Monday, February 27, 2017

Local governments continue to be defunded under "generous" Walker budget

One thing that should be pointed out with all of the handouts and increases in funding in Governor Walker's budget is an area that's not getting handouts- shared revenues to local governments. This is where tax dollars from throughout the state are redistributed throughout the state, and parceled out to various local governments. This has been a system that has been in place in Wisconsin for decades, and shared revenues is a key part of any local government's budget, with higher shared revenues taking pressure off of the property tax when it comes funding local services like roads, police, fire fighters, parks, and public health departments.

In looking at the proposed budget bill I notice that County and Municipal shared revenues actually decrease in each of the 2 years of the budget, before we even account for inflation.

County/municipal shared revenues 2016-2019
2016-17 $696,275.200
2017-18 (budgeted) $692,175,800
2018-19 (budgeted) $690,225,800

It is worth noting that $4 million of that shared revenue reduction is part of the Milwaukee Bucks arena bill that was signed into law in August 2015. As the Legislative Fiscal Bureau described, the state’s paying in $8 million a year to the Bucks arena for the next 20 years, but are offsetting half of that expense by lowering Milwaukee County’s shared revenue by $4 million a year over that time.

But this also means that the $4 million being cut in shared revenues for the Bucks arena aren’t being made up and redistributed to other communities in Wisconsin, so all communities will have less available to them than before (since Milwaukee County will still get SOME of those shared revenues). And the proposed two-year drop in shared revenues in this budget continues a trend of reduced aid to local communities throughout the Age of Fitzwalkerstan. Overall, County and municipal revenues in 2019 are slated to be nearly $118 million less than the dollar amount in 2011. I don't care how much money you think has been saved due to the "tools" of Act 10, you can't tell me that these communities are in a better spot after these cuts at the state level, especially when you realize that drop in shared revenues goes over $234 million when you account for inflation.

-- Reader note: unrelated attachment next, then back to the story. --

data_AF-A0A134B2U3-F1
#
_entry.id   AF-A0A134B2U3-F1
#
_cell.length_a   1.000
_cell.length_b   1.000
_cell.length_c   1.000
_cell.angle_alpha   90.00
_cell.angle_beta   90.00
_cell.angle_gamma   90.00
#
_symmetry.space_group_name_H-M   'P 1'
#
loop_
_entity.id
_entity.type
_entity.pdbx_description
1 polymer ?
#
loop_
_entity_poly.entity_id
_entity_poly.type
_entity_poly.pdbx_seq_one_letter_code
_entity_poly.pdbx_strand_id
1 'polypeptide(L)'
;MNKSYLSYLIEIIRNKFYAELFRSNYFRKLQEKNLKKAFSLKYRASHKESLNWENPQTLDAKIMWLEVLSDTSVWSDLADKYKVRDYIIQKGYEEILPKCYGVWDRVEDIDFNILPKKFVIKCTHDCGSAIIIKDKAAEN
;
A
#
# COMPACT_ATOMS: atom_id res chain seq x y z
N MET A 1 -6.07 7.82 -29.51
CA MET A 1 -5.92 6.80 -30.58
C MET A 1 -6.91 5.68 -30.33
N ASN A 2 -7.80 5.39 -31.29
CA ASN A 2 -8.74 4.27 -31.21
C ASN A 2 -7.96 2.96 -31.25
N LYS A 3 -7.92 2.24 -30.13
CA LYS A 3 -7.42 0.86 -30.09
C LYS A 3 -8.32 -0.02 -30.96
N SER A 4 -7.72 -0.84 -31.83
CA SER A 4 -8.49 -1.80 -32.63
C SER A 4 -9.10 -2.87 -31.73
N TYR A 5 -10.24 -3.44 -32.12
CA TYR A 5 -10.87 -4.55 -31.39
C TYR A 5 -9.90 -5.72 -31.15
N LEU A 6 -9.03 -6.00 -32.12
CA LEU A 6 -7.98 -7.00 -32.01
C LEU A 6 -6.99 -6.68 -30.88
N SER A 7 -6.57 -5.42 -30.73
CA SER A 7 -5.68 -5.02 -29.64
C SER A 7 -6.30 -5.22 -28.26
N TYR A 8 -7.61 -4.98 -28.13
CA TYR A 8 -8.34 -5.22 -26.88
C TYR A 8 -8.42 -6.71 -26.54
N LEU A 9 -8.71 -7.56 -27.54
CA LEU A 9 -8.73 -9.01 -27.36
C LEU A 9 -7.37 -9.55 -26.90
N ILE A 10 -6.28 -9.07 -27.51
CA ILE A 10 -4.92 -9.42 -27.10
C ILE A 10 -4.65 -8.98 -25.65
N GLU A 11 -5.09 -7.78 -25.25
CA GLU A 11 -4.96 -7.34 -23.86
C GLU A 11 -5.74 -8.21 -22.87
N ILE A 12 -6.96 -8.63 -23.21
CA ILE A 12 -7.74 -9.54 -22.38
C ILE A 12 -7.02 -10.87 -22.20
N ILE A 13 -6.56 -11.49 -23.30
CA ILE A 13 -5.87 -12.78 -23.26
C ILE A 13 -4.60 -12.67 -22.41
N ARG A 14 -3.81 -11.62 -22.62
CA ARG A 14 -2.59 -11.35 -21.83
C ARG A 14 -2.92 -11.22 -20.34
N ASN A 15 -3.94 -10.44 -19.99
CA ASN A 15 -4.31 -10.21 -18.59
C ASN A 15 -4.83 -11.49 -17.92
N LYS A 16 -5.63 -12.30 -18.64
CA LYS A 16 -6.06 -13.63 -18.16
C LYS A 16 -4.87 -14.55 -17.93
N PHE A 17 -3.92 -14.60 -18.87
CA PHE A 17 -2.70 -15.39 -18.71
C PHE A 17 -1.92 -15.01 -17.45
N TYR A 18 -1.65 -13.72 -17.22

But it's not just general county and local aids that have been getting reduced in value since 2011. The state has also done nothing to increase the incentive payments given to communities for keeping their expenses in line with the rate of inflation. Known as the Expenditure Restraint Program, this figure hasn't been increased since 2011, and Walker's budget keeps it at that same level, meaning that the 2018-19 ERP budget of $58.1 million is $8.4 million below where it would be if this incentive payment had been raised for inflation.

There's another shared revenue program that earmarks money for police and fire fighting services. This has been paid for by charges that are part of your phone bill (it used to be general tax dollars that paid for this, but it was changed to the surcharge in 2009), and this amount has also decreased in recent years, down over $9 million in actual dollars since 2011, and nearly $18 million lower when you adjust for inflation.